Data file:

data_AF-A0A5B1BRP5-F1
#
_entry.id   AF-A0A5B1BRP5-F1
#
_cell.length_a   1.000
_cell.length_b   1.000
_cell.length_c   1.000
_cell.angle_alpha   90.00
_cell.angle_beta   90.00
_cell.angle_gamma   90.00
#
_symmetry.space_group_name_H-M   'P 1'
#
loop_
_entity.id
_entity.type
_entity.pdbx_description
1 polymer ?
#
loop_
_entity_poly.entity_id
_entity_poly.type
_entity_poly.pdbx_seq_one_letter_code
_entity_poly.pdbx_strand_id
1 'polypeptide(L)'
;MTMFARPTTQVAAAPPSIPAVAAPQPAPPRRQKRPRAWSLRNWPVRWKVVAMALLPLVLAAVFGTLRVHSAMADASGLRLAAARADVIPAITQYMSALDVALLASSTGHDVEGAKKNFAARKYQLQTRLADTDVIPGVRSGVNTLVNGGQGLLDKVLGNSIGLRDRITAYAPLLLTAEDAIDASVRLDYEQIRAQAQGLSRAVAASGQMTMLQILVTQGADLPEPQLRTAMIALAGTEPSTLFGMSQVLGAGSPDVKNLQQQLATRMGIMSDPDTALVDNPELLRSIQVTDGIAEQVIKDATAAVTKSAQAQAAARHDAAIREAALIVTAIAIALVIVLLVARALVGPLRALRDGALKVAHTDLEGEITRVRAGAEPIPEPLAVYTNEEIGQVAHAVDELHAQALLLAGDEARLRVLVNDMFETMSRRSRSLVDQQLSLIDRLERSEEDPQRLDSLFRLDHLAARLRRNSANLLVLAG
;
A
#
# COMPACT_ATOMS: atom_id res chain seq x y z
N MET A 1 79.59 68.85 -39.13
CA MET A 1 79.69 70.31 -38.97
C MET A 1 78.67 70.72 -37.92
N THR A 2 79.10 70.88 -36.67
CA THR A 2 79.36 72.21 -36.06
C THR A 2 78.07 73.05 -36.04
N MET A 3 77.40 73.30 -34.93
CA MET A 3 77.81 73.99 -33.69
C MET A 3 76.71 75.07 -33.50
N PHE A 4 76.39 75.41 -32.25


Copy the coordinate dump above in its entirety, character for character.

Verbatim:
data_AF-A0A5B1BRP5-F1
#
_entry.id   AF-A0A5B1BRP5-F1
#
_cell.length_a   1.000
_cell.length_b   1.000
_cell.length_c   1.000
_cell.angle_alpha   90.00
_cell.angle_beta   90.00
_cell.angle_gamma   90.00
#
_symmetry.space_group_name_H-M   'P 1'
#
loop_
_entity.id
_entity.type
_entity.pdbx_description
1 polymer ?
#
loop_
_entity_poly.entity_id
_entity_poly.type
_entity_poly.pdbx_seq_one_letter_code
_entity_poly.pdbx_strand_id
1 'polypeptide(L)'
;MTMFARPTTQVAAAPPSIPAVAAPQPAPPRRQKRPRAWSLRNWPVRWKVVAMALLPLVLAAVFGTLRVHSAMADASGLRLAAARADVIPAITQYMSALDVALLASSTGHDVEGAKKNFAARKYQLQTRLADTDVIPGVRSGVNTLVNGGQGLLDKVLGNSIGLRDRITAYAPLLLTAEDAIDASVRLDYEQIRAQAQGLSRAVAASGQMTMLQILVTQGADLPEPQLRTAMIALAGTEPSTLFGMSQVLGAGSPDVKNLQQQLATRMGIMSDPDTALVDNPELLRSIQVTDGIAEQVIKDATAAVTKSAQAQAAARHDAAIREAALIVTAIAIALVIVLLVARALVGPLRALRDGALKVAHTDLEGEITRVRAGAEPIPEPLAVYTNEEIGQVAHAVDELHAQALLLAGDEARLRVLVNDMFETMSRRSRSLVDQQLSLIDRLERSEEDPQRLDSLFRLDHLAARLRRNSANLLVLAG
;
A
#
# COMPACT_ATOMS: atom_id res chain seq x y z
N MET A 1 79.59 68.85 -39.13
CA MET A 1 79.69 70.31 -38.97
C MET A 1 78.67 70.72 -37.92
N THR A 2 79.10 70.88 -36.67
CA THR A 2 79.36 72.21 -36.06
C THR A 2 78.07 73.05 -36.04
N MET A 3 77.40 73.30 -34.93
CA MET A 3 77.81 73.99 -33.69
C MET A 3 76.71 75.07 -33.50
N PHE A 4 76.39 75.41 -32.25